The job description is the holy grail of the hiring process. It is the strategy spring from which all other activities, such as advertising, interviewing, evaluating and managing the new hire, will flow.
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When a new position opens up, it presents a unique opportunity to assess your department and upgrade your expectations. It would be a mistake to simply use the same position description you've used in the past without comparing it to the capabilities and performance of your current staff. This could result in hiring the same weaknesses, and can negatively impact your department's long-term growth and potential.
Writing a job description can be challenging. But by having a strong understanding of the position and how it fits into your company, you can create a job description that accurately represents the position and attracts the right applicants. Here are seven steps to creating the perfect job description:
1. Define the goals and objectives of the position
Why is this position justified? What do you expect it to accomplish? Think about how your goals for the position fit in with the goals and objectives of the company. Consider other facets of the position, such as whether or not the position will interface with other positions and departments and how performance will be measure.
Remember, you're not supposed to adjust the position description to what emerges during the interview process. The position description should guide the hiring process from start to finish.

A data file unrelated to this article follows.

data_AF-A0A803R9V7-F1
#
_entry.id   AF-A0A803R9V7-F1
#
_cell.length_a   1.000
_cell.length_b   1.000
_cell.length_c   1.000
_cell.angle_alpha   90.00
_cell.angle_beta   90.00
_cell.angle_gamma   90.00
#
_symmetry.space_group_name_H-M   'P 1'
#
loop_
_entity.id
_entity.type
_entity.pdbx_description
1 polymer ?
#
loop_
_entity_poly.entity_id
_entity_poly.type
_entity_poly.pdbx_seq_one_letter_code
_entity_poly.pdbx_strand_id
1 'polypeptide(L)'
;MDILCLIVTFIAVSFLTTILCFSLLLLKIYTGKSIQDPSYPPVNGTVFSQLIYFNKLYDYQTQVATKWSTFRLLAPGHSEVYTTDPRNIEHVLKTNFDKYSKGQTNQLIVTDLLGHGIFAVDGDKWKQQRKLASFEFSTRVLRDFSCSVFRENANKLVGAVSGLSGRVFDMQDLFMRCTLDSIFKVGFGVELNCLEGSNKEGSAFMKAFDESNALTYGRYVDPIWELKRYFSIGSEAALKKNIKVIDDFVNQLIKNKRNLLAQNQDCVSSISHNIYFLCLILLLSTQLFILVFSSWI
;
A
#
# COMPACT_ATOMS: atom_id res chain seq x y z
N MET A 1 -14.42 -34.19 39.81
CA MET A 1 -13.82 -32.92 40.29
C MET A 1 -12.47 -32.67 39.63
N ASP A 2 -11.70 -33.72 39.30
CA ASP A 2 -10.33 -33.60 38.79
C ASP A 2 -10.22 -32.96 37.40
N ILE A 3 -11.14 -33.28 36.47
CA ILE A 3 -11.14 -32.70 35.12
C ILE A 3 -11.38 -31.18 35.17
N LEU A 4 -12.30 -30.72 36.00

2. Understand and evaluate the current position
Your human resources manager probably doesn't have the full picture of the position or what you're looking for. It's essential that you keep your HR people informed and current. This means having a clear understanding of what each functional skill actually means and expressing it in language the average lay person can understand.
You also need to know how well the job has been performed in the past. Is the current staff performing at levels below or above the performance expectations? If working below, now is the time to assess the position and determine what needs to happen to get staff back on track. What new and improved criteria should be developed for the new person to be successful?
3. Research the market
If you're not entirely clear what is expected of a particular position, it can be helpful to check out what other companies require in terms of skills and accomplishments for similar positions. You can find this type of information through job postings, industry-related associations, trade-groups, etc. Look for the most recent surveys and publications, as industry needs and job titles change frequently.
Be aware, however, of the similarities and differences between your company and the ones you are reviewing. An art director in a small advertising agency will most likely have different responsibilities than an art director in a large Fortune 500 company.
4. Define compensation and career growth